Surprising to hear.
I wonder if Eubanks read them in the original Mikasuki and Creek.
So she knows all about the history of how they helped slaves escape bondage and the ensuing anger of Southern slavers led to the Trail of Tears and whatnot?
I mean all that is certainly an important aspect of Western Civilization but it’s not among the things that conservative politicians normally like to talk about.
What a dufus - its’ the study of the “semenal works of Western Civilization”,
I’ve been seeing this kind of homophone substitution more and more often lately. Is it a speech-to-text thing or autocorrect? Someone fired all the editors?
I lean toward “can’t be arsed to consult a dictionary website” and “ignore the blue squiggly underline” thing.
“Western civilization” is the perfect fascist dog whistle. Everyone knows what they mean when they say it, but it doesn’t mean what they think it means. In fact, it means nothing at all:
If I played “Dumb shit GQP’ers say!” as a drinking game, I’d have liver failure.
I knew a proofreader. She was a lovely woman. She told me back in the 90s that her profession was dying out.
Perhaps she is misremembering the federalist structure of the Iroquois Confederacy and its influence upon the Founders.
except that it does, because people imbue it with meaning. That’s the part that matters.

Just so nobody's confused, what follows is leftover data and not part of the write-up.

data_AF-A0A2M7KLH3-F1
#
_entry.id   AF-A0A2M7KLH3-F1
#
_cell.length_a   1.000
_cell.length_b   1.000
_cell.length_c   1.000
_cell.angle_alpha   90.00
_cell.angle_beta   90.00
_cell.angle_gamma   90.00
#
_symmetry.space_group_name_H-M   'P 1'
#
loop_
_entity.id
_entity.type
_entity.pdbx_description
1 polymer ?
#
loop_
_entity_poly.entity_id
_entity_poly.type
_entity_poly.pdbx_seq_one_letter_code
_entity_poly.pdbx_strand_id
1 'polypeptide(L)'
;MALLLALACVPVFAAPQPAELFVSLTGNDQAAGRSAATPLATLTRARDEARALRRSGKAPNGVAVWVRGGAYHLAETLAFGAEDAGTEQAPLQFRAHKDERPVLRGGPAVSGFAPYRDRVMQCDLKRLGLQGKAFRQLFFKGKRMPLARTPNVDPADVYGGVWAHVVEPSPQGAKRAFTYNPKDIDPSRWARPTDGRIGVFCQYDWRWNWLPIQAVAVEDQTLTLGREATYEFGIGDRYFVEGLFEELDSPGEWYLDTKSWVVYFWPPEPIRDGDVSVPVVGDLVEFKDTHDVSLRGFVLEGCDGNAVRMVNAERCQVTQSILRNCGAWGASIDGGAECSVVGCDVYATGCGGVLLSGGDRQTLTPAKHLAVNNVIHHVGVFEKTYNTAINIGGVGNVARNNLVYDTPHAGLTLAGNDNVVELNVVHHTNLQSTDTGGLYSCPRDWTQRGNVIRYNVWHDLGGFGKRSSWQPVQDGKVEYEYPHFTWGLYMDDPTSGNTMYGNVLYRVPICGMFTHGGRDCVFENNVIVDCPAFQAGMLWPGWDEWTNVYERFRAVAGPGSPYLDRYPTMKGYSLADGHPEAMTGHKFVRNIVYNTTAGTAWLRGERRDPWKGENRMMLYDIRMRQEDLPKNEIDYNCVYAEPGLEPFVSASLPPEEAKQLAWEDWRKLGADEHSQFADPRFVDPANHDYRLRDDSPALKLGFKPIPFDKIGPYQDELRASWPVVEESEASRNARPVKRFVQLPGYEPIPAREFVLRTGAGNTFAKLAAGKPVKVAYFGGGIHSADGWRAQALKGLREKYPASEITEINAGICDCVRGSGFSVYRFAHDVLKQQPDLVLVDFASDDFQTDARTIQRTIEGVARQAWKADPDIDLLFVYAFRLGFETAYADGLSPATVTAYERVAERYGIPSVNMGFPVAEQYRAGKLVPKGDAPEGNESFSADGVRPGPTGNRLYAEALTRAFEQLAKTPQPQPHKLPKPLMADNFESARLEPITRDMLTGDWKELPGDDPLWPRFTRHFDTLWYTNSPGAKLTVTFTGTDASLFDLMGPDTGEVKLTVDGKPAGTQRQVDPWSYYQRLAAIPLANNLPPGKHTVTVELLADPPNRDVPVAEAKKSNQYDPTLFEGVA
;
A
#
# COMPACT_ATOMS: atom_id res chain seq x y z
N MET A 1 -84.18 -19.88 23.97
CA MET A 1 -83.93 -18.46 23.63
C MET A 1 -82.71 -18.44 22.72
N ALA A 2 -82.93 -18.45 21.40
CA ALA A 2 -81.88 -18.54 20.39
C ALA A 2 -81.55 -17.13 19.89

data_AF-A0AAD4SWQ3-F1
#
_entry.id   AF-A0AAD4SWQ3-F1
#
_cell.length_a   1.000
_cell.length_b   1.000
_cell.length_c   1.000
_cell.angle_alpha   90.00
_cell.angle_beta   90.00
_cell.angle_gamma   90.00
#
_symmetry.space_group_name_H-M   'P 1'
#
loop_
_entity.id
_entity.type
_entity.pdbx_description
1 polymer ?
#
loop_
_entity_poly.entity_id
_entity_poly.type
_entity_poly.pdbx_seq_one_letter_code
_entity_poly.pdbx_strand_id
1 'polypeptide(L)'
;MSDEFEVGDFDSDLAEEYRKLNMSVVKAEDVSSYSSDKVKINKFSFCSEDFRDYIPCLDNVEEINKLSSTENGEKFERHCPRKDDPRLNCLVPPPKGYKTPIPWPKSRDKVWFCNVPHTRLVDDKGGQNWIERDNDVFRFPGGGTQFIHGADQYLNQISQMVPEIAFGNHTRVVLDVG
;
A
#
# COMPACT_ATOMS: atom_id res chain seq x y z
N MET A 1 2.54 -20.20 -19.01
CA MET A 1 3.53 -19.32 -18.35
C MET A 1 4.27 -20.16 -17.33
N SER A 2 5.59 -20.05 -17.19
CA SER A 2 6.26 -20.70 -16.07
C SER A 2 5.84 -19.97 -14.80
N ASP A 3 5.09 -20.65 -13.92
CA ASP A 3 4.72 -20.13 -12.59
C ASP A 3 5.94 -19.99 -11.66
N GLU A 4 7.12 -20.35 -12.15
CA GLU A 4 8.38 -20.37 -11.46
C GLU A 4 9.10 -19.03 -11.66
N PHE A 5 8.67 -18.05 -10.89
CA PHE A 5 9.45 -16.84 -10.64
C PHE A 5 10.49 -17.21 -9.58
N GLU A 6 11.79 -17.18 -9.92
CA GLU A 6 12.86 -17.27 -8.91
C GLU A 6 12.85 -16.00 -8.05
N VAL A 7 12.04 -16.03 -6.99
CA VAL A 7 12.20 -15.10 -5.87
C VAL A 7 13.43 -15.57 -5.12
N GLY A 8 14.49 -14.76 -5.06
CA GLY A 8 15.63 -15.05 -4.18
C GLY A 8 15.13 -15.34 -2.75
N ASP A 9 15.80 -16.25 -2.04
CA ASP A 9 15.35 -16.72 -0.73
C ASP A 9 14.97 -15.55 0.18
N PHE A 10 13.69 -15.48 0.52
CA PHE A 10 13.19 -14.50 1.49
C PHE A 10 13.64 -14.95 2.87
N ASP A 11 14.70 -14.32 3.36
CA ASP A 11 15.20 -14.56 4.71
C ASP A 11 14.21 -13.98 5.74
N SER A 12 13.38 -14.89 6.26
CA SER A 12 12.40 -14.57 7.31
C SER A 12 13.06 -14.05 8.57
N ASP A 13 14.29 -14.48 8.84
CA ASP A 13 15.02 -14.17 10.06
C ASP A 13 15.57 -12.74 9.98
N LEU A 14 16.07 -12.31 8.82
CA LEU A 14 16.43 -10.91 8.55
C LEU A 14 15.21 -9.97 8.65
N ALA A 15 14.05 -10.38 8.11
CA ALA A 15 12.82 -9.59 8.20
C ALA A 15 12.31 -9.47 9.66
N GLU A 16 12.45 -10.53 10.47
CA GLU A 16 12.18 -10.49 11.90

Or we need a better suppository of wisdom.
Something, something, superior jeans.
I, too, have read the entire canon of Seminole literature of late-medieval to early modern Europe; for I am a suspiciously specific man of culture and learning.
I do not purport to practice medicine or offer genetic counseling; but my layman’s impression is that these superior jeans might be pre-distressed.
Ya gotta hand it to her—the dame has spunk.
You got that in under the wire – she also had plans to to pen a version of the “don’t say semen law”
I worked in print and pre-press for nearly thirty years, for part of that time I was putting books together starting with a typed manuscript and a load of photos, so I had to mark up the m/s, proofread the galleys, and while pasting up the artwork (this is in the 70’-80’s, before computer-aided publishing) I’d be reading through and noting any missed errors, and later proofreading was an essential part of checking jobs through for the agency clients we did print for.
I’m now very aware of just how poor online articles are when it comes to spelling and punctuation.